Los Angeles County residents struggling to make ends meet could get extra help under a pilot program that would provide $1,000 every month directly into their pockets.
County officials launched the “Breathe” program, which would earmark guaranteed funding for 1,000 low-income residents.
“We need proven and diverse solutions for the economic challenges millions of our residents are experiencing every day that ripple across communities and go deep into families, leading to multi-generational poverty,” L.A County Board of Supervisor-Second District Holly J. Mitchell said during a Thursday press conference.
“Guaranteed income is but one, yet but powerful tool that we can use to help combat poverty and create an equitable recovery.”
Mitchell and L.A. County Board of Supervisor Sheila Kuehl, who represents the Third District, initiated the program, which was approved by the Board on May 18.
To be qualified for the program, applicants must be 18 years old or older and live in a low-income or working class area of L.A. County.
Applicants also must fall below L.A. County’s average median income — for a family of four, that means they have to make below $96,000.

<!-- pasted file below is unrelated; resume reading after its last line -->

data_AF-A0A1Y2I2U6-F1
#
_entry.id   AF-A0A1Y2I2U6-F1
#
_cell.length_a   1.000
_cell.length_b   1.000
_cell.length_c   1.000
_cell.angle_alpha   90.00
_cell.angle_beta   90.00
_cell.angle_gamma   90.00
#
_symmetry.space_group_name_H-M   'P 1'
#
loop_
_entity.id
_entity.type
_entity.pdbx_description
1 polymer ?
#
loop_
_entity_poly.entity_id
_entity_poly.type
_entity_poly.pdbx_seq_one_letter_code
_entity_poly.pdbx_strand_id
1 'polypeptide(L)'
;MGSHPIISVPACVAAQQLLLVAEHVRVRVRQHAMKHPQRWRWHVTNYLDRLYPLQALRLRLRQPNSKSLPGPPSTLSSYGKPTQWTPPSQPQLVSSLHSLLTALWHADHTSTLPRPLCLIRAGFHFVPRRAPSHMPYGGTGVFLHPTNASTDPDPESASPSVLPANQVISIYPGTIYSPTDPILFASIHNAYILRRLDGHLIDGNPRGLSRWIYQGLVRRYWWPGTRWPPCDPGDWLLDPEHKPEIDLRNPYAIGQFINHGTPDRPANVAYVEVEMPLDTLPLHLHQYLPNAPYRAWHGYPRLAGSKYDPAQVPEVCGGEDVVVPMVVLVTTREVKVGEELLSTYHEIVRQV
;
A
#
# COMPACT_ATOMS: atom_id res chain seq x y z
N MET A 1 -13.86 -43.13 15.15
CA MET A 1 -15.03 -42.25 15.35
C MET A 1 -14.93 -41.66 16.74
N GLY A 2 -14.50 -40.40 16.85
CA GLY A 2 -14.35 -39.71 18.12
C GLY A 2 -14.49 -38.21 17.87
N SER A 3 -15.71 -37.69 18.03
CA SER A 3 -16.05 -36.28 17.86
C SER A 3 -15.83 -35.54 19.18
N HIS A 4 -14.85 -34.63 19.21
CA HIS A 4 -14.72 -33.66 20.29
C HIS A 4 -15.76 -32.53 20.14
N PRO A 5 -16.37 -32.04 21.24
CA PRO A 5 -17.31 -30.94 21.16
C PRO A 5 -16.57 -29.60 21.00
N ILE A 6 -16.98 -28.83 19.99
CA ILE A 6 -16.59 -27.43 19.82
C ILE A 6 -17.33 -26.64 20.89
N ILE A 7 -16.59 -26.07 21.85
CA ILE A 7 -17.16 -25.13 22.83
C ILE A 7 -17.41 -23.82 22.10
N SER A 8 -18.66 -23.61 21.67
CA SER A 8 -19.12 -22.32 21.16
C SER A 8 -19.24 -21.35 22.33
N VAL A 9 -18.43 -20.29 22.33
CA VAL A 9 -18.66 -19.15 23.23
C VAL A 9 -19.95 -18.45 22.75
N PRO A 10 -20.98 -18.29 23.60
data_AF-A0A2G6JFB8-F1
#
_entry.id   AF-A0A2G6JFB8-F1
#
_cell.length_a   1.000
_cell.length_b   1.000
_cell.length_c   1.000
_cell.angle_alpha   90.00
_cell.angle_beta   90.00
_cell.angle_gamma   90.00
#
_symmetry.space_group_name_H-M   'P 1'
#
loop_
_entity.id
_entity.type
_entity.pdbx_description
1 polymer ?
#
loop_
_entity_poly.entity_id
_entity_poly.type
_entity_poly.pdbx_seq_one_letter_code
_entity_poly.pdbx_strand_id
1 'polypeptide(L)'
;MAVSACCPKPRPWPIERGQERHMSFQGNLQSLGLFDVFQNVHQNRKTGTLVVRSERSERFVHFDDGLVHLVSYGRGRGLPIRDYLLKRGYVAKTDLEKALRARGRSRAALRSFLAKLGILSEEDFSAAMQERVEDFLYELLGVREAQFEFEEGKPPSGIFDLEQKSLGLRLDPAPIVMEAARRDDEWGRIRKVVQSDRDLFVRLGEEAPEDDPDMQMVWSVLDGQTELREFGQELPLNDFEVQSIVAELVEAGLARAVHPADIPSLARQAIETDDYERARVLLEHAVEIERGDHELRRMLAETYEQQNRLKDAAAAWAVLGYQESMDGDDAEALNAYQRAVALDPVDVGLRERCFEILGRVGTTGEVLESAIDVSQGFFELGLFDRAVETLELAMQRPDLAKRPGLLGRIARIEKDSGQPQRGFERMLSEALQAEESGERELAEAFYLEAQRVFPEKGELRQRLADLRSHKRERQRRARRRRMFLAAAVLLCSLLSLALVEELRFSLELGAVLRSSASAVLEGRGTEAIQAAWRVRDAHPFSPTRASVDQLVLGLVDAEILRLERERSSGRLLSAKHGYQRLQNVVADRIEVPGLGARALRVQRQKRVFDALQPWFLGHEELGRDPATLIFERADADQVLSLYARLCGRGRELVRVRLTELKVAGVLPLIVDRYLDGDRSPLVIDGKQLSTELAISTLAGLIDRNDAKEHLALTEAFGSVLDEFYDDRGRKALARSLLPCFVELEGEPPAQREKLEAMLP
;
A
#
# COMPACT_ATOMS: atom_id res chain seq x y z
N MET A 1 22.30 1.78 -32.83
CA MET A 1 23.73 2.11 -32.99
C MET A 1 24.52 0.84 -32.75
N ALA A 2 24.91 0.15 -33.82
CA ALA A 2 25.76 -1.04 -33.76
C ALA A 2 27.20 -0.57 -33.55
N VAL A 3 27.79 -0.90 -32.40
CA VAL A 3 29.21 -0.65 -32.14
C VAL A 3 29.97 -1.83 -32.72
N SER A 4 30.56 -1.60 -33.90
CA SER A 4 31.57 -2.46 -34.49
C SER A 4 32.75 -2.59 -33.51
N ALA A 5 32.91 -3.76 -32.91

A single person must make below $56,000 to qualify.
“The course of this pandemic has revealed the large number of County residents who are living on the brink of financial crisis, with insufficient savings to weather a job loss, a medical emergency, or a major car repair,” Kuehl said in a press release.
“This guaranteed income program will help give residents the breathing room they need to better weather those crises,” she added.
Amy Beth Castro, assistant professor at the University of Pennsylvania Center for Guaranteed Income Research, applauded the program.
“There is so much we still do not know about the power of unconditional cash over a longer period of time,” Castro said.
“With a three-year pilot, it opens up the possibility for families to set larger goals than we have seen in other experiments and it also gives policymakers a chance to learn how unconditional cash functions alongside other programs over time.”